The Art of Asking Open-Ended Questions, Allowing ‘Think Time’ & Providing Thoughtful Responses with Lisa Day

Lisa Day Demonstrates how she prompts students’ clinical thinking. She uses silence to allow students to think and then gives thoughtful responses to their answers.  Questioning is at the heart of creating clinical imagination and developing the student’s understanding of particular clinical situations.  Open-ended questions, with no one right or wrong answer, reveal the student’s …

Using Real Unfolding Clinical Cases to Trigger Classroom Discussion with Sarah Shannon

Sarah Shannon, who teaches clinical nursing ethics, provides real clinical cases that raise ethical issues and asks students what they would do in the situation.  The case featured here is compelling and involves the ethical demand of disclosing the error of starting resuscitation on a patient who has a DNR order, unbeknownst to the clinical staff in the …

Clarifying and Exemplifying Distinctions between “Knowing That” and “Knowing How and When” with Linda Brown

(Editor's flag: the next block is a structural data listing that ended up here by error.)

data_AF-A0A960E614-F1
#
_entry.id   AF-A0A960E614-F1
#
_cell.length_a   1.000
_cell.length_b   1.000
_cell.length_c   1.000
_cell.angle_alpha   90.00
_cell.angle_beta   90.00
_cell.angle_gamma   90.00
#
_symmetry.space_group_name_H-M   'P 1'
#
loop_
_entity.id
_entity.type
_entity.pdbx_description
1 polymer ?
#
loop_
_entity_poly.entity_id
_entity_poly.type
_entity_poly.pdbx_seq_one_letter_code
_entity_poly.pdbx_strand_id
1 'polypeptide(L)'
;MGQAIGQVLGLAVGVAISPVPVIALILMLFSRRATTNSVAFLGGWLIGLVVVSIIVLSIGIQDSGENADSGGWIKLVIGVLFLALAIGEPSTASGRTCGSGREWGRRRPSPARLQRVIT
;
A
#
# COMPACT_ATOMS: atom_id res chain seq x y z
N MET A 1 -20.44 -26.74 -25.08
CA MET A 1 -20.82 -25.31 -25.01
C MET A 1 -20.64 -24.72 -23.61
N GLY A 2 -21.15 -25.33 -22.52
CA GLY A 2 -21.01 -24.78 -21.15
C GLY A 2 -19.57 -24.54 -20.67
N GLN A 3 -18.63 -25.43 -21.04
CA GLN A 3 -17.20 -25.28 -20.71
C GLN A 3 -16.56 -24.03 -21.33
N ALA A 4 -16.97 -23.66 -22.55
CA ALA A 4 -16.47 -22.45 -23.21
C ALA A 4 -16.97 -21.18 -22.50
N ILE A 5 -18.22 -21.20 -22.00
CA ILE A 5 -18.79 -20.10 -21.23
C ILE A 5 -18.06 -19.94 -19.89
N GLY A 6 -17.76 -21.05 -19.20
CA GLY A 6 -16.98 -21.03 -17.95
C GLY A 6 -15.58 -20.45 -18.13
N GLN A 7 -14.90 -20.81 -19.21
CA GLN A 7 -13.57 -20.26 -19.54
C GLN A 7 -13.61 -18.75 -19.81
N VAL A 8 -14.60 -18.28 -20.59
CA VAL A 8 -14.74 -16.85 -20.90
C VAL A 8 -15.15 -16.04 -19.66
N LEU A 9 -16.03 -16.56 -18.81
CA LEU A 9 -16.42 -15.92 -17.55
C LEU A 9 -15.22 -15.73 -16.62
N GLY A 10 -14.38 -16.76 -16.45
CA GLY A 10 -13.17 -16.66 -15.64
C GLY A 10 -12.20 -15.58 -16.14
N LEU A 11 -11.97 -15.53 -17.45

In all practice disciplines (e.g., nursing, medicine, law, teaching, etc) knowing theory and setting goals for interventions and so on is not enough. It will not ensure that one can actually carry out the plans or use the knowledge of what needs to happen in actual particular cases where patient and illness particularities often call …

Situated Coaching with Preceptor Alyssa Boldt

This short video illustrates “situated coaching” for a new graduate nurse while providing direct, safe participation to create maximum clinical learning. By situated coaching, we mean teaching and experiential learning in actual clinical situations. The new graduate is coached to understand clinical implications as the situation unfolds. Learning directly from whole clinical situations has high impact on …